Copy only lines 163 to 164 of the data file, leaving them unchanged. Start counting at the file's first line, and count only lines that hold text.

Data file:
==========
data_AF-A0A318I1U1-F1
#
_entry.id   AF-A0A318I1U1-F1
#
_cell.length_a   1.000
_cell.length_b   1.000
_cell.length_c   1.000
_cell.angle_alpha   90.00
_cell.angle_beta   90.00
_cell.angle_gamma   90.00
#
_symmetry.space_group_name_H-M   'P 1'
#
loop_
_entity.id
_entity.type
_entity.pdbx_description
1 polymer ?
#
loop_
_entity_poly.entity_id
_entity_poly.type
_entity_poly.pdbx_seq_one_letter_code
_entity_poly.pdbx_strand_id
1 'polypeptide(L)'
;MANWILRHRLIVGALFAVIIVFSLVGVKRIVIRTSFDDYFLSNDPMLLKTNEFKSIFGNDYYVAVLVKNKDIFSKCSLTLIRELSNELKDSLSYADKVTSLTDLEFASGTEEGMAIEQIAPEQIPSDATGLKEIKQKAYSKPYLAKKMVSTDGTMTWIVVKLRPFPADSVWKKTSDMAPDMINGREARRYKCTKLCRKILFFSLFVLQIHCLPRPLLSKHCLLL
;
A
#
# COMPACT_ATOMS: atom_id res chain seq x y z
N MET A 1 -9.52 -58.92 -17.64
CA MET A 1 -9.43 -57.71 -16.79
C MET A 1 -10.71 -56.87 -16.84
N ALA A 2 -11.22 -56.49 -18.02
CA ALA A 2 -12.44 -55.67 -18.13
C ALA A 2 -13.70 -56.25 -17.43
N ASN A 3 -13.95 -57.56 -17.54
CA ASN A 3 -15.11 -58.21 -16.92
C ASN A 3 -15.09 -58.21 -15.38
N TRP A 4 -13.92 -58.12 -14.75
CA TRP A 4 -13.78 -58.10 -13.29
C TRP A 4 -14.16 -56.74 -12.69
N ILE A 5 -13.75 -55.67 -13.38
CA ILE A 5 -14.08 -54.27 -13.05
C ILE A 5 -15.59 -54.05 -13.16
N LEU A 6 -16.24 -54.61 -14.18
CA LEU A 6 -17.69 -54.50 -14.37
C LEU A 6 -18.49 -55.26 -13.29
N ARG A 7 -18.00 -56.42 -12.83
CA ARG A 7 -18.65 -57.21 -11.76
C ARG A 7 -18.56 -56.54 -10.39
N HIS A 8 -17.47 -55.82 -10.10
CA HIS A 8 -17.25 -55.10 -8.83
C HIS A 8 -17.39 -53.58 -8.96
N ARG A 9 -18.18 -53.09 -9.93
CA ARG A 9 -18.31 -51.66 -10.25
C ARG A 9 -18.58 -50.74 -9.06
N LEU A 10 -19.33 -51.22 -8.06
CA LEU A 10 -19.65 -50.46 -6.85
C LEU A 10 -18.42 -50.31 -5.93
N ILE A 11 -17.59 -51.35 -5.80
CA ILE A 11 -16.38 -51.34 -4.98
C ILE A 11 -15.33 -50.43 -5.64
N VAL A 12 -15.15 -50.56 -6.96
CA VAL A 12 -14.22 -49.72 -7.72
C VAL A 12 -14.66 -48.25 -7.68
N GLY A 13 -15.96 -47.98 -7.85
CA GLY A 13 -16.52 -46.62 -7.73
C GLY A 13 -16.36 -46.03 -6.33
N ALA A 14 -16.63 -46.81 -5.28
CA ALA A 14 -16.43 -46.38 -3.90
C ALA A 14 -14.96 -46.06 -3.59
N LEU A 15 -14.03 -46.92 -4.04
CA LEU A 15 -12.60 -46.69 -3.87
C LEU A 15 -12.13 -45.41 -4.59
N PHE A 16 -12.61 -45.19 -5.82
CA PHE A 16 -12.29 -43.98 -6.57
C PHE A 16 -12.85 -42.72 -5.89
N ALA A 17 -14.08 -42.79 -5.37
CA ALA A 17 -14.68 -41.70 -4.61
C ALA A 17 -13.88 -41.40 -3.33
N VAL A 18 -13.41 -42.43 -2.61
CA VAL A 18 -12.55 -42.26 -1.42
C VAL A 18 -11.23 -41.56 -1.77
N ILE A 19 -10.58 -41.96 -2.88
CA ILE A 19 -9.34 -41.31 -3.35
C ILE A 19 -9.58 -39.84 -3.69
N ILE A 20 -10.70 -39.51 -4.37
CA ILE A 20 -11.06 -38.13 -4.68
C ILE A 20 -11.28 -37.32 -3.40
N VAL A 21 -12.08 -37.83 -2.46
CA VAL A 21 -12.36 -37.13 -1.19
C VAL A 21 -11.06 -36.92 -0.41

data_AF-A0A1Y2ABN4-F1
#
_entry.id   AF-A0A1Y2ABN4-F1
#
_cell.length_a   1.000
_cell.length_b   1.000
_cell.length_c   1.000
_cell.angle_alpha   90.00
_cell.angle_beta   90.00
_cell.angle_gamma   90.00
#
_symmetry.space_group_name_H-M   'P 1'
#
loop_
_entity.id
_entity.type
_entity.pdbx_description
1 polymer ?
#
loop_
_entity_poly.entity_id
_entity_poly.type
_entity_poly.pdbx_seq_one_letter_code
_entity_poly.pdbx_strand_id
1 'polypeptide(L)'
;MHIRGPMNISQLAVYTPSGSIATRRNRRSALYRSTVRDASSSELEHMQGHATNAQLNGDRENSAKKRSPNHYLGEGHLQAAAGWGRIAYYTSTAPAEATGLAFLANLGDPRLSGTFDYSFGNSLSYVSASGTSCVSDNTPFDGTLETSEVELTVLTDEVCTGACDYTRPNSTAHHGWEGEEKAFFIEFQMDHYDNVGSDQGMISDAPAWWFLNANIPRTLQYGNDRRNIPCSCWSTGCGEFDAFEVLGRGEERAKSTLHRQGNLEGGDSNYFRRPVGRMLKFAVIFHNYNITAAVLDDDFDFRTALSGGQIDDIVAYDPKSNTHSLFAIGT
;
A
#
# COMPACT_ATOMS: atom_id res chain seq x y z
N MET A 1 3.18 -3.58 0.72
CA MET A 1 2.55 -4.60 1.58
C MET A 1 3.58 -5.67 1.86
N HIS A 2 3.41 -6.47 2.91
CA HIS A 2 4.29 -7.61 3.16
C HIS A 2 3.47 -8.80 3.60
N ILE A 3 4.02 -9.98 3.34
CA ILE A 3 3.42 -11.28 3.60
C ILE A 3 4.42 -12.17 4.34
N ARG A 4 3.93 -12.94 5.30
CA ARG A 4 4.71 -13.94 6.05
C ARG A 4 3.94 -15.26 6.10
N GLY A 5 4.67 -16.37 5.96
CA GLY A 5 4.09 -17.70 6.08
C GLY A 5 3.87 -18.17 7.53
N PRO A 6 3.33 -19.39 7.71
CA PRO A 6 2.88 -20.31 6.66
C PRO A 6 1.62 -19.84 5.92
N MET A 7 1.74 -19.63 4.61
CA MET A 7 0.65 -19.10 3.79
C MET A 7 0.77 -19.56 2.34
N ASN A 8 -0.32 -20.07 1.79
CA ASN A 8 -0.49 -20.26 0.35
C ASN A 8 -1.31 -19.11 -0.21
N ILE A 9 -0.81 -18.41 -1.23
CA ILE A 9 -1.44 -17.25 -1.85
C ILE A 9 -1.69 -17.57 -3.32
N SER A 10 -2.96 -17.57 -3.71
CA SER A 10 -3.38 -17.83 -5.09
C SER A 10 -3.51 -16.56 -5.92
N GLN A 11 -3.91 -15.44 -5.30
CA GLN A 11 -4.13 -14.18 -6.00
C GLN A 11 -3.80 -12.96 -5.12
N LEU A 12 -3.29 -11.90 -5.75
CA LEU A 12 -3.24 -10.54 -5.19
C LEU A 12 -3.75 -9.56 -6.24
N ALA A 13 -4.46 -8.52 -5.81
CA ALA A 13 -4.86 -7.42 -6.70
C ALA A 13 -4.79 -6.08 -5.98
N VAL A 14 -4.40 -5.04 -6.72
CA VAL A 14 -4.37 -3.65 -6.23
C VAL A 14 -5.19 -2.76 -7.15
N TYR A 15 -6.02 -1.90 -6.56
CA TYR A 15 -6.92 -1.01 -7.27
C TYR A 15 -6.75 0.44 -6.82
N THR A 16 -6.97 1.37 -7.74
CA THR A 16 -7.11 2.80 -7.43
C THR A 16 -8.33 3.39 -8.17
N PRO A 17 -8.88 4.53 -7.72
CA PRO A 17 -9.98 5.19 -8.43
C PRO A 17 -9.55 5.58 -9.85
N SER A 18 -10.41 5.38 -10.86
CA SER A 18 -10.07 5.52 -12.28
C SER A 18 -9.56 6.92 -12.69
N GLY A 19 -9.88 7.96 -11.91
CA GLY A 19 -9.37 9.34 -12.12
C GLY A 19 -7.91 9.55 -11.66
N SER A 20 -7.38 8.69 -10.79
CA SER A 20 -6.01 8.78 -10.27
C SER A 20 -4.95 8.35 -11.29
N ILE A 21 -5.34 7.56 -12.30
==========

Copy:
N VAL A 14 -4.40 -5.04 -6.72
CA VAL A 14 -4.37 -3.65 -6.23